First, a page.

FiveCentNickel: "8 questions to ask before lending money to friends"

Link to

8 questions to ask before lending money to friends

Posted: 25 Aug 2015 01:00 AM PDT

It's one of the most awkward questions a friend can ask you: "Will you lend me some money?" Awkward for your friend to have to ask, and awkward for you to have to answer. Saying "no" could adversely affect your friendship. However, saying "yes" could also put a strain on your friendship, and your finances.

If you get asked that awkward question, you should follow up with eight questions of your own before you decide whether or not to lend a friend money.

1. Why does your friend need the money?

Sometimes, there is a clear, one-time need for which a timely loan can get your friend through a particular situation — for example, Bob has found the perfect house but is a couple thousand short on the down payment, or Jane's son needs dental surgery. Situations which are out of the ordinary and are not likely to recur at least suggest that a loan might be a one-time thing.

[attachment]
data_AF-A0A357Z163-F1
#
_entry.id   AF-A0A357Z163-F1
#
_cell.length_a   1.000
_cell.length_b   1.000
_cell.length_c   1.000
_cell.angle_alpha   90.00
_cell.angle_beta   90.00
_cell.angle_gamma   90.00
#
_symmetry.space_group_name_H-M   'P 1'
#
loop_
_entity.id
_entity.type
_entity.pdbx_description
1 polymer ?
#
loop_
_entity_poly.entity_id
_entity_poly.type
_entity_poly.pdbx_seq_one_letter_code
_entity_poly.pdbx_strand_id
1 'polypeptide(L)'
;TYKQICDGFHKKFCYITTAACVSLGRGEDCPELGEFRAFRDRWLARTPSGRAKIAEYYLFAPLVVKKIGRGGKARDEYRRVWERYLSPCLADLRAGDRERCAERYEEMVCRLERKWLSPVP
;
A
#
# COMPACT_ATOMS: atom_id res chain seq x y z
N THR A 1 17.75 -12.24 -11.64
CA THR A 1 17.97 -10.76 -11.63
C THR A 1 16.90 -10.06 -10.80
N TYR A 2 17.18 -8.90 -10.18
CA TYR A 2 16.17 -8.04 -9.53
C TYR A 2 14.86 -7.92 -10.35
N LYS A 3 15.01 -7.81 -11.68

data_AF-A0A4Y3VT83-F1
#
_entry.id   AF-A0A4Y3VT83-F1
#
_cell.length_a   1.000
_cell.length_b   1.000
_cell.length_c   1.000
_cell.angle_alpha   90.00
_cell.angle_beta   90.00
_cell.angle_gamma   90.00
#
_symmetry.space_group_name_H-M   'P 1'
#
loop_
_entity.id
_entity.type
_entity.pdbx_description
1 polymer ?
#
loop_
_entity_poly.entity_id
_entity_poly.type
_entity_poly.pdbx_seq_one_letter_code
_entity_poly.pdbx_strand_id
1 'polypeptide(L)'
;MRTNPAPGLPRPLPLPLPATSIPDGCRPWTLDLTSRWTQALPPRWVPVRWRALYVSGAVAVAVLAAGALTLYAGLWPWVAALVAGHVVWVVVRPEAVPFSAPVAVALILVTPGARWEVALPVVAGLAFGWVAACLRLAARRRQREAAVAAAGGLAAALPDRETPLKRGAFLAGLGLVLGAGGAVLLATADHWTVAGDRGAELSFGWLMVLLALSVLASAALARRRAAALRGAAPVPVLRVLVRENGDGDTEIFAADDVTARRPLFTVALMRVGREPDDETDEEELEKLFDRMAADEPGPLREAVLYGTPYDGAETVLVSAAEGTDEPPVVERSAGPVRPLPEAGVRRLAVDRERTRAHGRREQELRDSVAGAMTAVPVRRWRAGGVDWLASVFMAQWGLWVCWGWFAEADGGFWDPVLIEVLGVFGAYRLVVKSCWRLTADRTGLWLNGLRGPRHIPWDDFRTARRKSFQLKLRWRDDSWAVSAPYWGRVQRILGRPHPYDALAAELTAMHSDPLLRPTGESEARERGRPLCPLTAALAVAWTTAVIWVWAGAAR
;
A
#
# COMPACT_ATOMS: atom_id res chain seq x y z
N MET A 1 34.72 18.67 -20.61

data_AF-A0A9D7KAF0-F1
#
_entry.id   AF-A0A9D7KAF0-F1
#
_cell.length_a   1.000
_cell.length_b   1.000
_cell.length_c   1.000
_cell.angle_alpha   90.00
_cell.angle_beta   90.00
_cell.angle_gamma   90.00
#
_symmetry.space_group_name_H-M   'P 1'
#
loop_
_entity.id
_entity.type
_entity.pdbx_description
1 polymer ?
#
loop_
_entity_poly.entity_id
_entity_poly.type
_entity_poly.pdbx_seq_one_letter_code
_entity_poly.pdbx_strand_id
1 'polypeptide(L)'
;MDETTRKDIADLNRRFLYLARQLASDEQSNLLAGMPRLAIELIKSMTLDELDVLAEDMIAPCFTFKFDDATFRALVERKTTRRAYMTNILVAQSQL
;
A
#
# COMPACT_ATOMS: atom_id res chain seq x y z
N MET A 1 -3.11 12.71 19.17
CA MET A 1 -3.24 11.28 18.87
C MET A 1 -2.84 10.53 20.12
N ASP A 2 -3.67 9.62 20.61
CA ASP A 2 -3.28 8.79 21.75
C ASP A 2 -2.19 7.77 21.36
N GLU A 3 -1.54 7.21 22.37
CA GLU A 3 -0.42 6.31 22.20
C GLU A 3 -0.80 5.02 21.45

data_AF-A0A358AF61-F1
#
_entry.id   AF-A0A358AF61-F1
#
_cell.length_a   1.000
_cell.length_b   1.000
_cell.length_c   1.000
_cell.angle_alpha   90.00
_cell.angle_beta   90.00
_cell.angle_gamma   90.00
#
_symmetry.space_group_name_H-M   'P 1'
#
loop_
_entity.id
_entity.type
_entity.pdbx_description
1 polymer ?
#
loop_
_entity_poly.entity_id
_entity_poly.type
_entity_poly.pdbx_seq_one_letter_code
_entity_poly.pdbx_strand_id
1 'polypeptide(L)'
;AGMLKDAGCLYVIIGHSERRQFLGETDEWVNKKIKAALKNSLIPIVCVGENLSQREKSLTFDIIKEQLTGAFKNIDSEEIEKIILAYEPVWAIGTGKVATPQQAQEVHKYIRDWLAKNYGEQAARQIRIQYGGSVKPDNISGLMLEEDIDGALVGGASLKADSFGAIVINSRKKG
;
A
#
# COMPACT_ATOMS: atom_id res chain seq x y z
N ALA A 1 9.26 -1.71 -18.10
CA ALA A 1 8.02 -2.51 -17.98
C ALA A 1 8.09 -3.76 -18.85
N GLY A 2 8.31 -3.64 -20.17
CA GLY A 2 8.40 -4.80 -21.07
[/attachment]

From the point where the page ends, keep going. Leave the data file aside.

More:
Unfortunately, more often when people turn to their friends for financial help, it is because of long-standing money problems. In that case, your loan is likely to be nothing more than a temporary stop-gap, leaving your friend with the same set of problems in a few months, and you with little chance of being repaid.

2. What other debts does your friend have?

If a friend comes to you for money, it may well be because he or she has exhausted all other sources of borrowing — meaning that the credit cards are maxed out, and possibly mortgage, car, or student loan payments are coming due.

If your friend owes money to credit card companies or lenders, you are probably going to have to stand in line behind them before any money you lend gets repaid — which significantly reduces your chances of seeing that money any time soon.

3. Is this an amount you can afford to lose?

Institutional lenders use a variety of techniques to assess loan risks, and they make thousands of loans. So the cost of the occasional bad loan can be absorbed by the money they make from interest on good loans.

You have neither those underwriting tools at your disposal, nor the opportunity to broadly diversify your lending risk. This makes a one-off type of loan especially risky, and you should not lend more in that situation than you could afford to lose.

4. How formal should the arrangement be?